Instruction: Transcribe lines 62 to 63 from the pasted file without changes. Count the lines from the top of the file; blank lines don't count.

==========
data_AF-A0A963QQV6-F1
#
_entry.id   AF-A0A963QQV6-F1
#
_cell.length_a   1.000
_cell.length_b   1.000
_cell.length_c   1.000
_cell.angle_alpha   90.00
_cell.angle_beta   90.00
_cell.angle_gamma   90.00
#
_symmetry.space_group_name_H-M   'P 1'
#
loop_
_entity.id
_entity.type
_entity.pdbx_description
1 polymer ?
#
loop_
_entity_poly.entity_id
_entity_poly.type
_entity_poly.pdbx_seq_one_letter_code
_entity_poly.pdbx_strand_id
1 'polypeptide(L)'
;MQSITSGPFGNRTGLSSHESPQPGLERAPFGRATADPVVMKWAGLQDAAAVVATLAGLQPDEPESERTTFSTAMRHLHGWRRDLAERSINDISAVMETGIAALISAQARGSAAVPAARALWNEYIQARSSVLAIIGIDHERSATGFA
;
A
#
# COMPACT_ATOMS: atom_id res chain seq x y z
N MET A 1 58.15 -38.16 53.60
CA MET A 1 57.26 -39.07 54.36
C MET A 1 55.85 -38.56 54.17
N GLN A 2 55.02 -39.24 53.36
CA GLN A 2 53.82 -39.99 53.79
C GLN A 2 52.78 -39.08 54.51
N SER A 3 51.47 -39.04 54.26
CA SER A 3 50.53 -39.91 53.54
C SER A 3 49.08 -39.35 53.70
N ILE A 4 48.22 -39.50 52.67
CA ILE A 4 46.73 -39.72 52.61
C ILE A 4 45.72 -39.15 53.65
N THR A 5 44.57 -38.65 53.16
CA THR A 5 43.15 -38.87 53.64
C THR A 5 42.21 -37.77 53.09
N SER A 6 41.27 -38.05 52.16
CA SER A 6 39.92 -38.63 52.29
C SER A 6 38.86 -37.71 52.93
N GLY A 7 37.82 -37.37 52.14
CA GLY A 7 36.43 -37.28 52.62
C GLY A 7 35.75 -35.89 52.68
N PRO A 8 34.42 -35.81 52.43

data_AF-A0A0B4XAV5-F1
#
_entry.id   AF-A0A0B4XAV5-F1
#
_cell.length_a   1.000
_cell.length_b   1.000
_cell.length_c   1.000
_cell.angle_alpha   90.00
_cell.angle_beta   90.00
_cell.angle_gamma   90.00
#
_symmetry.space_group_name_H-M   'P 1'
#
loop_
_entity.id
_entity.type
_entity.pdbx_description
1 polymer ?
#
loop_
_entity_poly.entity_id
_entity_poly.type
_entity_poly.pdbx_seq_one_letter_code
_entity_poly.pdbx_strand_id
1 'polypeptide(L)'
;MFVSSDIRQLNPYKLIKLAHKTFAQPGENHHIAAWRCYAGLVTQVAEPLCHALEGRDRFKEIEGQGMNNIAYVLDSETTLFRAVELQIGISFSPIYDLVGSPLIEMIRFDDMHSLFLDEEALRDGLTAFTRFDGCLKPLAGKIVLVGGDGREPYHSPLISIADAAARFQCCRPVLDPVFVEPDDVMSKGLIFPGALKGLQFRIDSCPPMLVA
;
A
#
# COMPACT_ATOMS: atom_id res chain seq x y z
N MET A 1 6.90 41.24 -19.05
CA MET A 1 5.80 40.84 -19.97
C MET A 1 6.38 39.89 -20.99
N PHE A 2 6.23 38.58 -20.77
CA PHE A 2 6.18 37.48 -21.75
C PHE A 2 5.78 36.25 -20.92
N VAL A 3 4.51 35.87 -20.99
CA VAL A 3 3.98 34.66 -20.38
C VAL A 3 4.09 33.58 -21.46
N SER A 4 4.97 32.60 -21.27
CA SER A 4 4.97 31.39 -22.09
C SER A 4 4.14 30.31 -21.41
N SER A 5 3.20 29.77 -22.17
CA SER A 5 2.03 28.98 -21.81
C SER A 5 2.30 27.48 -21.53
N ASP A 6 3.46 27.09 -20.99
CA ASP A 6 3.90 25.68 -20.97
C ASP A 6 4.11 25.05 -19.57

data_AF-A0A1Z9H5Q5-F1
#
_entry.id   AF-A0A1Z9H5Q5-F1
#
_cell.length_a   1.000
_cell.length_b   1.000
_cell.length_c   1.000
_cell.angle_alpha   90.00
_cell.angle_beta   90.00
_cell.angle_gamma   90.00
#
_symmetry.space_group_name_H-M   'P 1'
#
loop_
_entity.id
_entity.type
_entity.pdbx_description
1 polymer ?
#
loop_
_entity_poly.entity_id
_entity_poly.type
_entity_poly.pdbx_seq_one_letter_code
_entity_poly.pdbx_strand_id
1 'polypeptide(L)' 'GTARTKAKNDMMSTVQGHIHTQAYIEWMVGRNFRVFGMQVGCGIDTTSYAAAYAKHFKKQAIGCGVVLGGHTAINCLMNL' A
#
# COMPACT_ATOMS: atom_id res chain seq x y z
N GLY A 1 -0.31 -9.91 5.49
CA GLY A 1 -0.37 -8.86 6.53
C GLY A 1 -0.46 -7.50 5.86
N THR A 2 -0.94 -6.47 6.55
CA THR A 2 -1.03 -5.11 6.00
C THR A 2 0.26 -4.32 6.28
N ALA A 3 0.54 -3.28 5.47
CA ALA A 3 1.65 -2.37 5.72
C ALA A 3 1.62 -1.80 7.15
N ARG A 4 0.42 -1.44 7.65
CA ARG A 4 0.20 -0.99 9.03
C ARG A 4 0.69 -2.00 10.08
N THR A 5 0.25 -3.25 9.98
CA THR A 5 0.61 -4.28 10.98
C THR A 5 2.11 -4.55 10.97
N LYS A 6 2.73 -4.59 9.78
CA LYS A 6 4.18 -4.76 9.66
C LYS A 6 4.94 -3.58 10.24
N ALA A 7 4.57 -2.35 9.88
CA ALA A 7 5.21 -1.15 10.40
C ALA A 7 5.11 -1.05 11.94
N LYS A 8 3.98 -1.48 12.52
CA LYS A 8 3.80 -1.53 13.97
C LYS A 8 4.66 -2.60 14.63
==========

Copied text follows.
_cell.angle_gamma   90.00
#